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Doody's Review ServiceReviewer: Nania Lee, M.A.(George Washington University)
Description: These therapeutic materials and ideas for enhancing aspects of memory and communication for people with dementia deal mainly with functional memory as it applies to activities of daily living, and long-term, biographical memory for increased orientation.
Purpose: In the introduction and first chapter, the author states that in order to function independently in society, we are constantly required to retrieve words, recall events, remember and execute instructions, repeat sequences in daily tasks, and recognize and interact with people around us. This places a significant cognitive burden on any individual, regardless of neurological impairment. But just as healthy individuals rely on devices and strategies to augment their memory skills, the author recognizes the need for compensatory strategies for those with neurological impairments. The author also addresses the importance of helping those with dementia retain meaningful autobiographical information, and she provides basic advice for caretakers when interacting with these individuals. I meet persons with dementia on a daily basis who require long-term solutions for their memory impairments and, on a basic level, the author provides some useful suggestions for family members/caretakers who know little about dementia. As a relatively new speech pathologist in an acute care setting, I was very familiar with many of the concepts and I didn't glean many new ideas, but this book would be a great tool for helping educate families on the developing needs of their loved ones with dementia.
Audience: The intended audience includes all practitioners who are involved in a patient's care, such as speech pathologists, occupational and physical therapists, nurses, lay caregivers, and family members. However, the most appropriate audience would be family members and caregivers. The author's research and publications on this topic are extensive and, based on the book's introduction, it appears that the author has tested the practical application of the strategies she suggests and has spoken with family members, practitioners, and patients to refine and modify her ideas.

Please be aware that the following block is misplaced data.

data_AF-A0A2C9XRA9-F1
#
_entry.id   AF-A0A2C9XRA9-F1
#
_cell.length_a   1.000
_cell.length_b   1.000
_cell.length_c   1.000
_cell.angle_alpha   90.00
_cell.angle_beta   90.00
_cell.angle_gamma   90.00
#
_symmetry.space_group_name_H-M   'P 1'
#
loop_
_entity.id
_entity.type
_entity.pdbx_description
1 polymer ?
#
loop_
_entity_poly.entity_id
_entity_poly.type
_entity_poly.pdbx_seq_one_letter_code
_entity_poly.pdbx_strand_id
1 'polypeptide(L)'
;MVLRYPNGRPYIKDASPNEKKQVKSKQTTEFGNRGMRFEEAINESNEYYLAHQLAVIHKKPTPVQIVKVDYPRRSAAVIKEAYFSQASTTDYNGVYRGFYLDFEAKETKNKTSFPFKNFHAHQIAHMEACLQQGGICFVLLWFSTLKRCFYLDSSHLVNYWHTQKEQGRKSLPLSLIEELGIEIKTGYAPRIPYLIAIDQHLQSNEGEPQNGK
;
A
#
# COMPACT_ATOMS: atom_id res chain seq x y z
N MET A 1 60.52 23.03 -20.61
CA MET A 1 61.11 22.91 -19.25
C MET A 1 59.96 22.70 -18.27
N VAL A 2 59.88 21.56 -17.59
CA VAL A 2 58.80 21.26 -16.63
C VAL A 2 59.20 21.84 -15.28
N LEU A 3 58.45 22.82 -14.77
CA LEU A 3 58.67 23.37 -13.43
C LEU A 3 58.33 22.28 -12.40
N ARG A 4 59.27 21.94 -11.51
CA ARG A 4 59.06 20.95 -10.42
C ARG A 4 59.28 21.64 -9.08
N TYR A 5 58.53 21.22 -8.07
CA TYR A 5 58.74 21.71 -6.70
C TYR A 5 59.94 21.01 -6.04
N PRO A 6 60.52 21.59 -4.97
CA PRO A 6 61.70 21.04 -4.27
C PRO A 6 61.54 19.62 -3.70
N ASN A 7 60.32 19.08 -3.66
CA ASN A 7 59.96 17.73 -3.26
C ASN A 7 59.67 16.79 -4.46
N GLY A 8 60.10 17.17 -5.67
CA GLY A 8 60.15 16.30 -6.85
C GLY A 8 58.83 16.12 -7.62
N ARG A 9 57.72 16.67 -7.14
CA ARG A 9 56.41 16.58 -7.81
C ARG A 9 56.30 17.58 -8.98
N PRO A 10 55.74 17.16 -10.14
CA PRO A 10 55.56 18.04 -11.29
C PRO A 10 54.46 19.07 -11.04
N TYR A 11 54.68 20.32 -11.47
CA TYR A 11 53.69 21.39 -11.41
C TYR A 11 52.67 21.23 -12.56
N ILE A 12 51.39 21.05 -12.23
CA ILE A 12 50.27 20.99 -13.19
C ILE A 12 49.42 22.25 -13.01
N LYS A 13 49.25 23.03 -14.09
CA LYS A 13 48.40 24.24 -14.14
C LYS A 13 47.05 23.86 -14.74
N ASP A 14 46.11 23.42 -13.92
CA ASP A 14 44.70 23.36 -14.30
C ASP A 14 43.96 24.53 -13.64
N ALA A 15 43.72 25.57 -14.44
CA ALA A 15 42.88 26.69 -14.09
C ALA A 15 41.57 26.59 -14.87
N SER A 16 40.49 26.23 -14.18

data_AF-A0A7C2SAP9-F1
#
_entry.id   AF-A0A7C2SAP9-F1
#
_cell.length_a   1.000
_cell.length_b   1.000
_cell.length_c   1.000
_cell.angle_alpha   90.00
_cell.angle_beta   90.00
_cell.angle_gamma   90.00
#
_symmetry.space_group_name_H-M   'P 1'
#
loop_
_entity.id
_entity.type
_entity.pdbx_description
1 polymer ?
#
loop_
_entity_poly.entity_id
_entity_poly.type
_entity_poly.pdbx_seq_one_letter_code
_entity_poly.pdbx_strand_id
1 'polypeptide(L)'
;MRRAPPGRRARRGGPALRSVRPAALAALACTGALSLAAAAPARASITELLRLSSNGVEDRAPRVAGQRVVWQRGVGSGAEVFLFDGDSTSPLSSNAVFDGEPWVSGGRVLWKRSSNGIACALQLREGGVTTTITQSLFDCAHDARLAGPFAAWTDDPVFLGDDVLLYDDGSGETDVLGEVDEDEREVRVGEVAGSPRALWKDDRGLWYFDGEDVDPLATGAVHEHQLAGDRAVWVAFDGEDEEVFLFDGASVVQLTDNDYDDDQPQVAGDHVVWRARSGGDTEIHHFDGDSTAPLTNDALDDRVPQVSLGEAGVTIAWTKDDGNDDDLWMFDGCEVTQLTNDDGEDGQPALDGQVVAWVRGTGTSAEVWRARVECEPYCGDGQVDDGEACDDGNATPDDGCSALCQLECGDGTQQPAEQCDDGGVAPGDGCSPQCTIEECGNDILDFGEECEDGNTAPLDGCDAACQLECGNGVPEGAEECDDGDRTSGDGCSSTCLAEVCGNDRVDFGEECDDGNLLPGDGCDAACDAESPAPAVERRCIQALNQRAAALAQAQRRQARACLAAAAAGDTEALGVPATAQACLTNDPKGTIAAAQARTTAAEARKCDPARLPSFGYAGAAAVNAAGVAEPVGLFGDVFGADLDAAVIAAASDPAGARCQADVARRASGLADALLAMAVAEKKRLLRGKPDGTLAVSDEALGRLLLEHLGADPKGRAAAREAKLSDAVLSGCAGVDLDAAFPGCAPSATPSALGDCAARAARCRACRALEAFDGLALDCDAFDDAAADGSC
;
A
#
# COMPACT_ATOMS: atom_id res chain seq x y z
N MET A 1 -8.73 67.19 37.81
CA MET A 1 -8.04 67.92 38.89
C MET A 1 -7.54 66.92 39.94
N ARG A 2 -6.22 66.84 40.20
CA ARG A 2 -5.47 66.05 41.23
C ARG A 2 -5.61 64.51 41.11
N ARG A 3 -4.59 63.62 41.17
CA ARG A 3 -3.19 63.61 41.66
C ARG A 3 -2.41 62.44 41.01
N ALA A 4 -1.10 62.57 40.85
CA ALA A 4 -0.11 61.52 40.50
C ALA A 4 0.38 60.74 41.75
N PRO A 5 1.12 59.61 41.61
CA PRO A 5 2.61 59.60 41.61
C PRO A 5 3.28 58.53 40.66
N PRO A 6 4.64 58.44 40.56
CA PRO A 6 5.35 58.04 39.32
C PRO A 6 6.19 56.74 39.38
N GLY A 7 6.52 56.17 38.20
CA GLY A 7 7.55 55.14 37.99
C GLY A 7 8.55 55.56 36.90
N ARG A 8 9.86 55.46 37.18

Features: The book covers aspects of memory as they evolve/degenerate in persons with dementia, then provides suggestions to help these individuals augment and improve their memory deficits, using visual examples throughout. The ideas are based mainly on using photographic cues, lists, and strategies (such as sorting tasks and theme boxes) for keeping the ideas organized. The best thing about this book is its creativity. The author has gone to great lengths to make these ideas applicable to different people (i.e. those who live at home vs. people in assisted living/skilled nursing settings). I appreciated the section on using memory aids with children, as my current references fail to address how difficult it can be for children to interact with elders with dementia. The list of relevant books for children (p. 81) is a welcome surprise. I also like the way the book considers aspects of the individual's personal life and interests, as therapeutic settings tend not value or focus on these types of memories. When read as a whole, the book tends to become redundant. Although the issues are all pertinent (i.e. memory in communication, in expressing basic needs, in completing ADLs), the solutions are often very similar. Especially for family members and lay caregivers, the book could make a clearer distinction between suggestions intended for use with individuals with mild vs. severe cases of dementia. A statements such as, "Do not correct or contradict what was stated as a fact even if you know it is wrong," is misleading as it likely applies to individuals with a more moderate to severe grade of dementia. (I know the suggestions in this section are intended to encourage more casual, enjoyable conversation and I agree that a certain level of concession is required when interacting with persons with dementia, but I think, regardless, some of the suggestions could be problematic if used with a mildly affected rather than a severely affected person.)
Assessment: This would be a useful introduction for families and caretakers to the memory and communication needs of persons with dementia. Comparable therapeutic books that I use on a regular basis are the WALC series (Workbooks of Activities for Language and Cognition published by LinguiSystems). From a clinical standpoint, the books in this series are informative and provide more extensive suggestions for families and practitioners. They also have more reproducible pages for therapeutic application.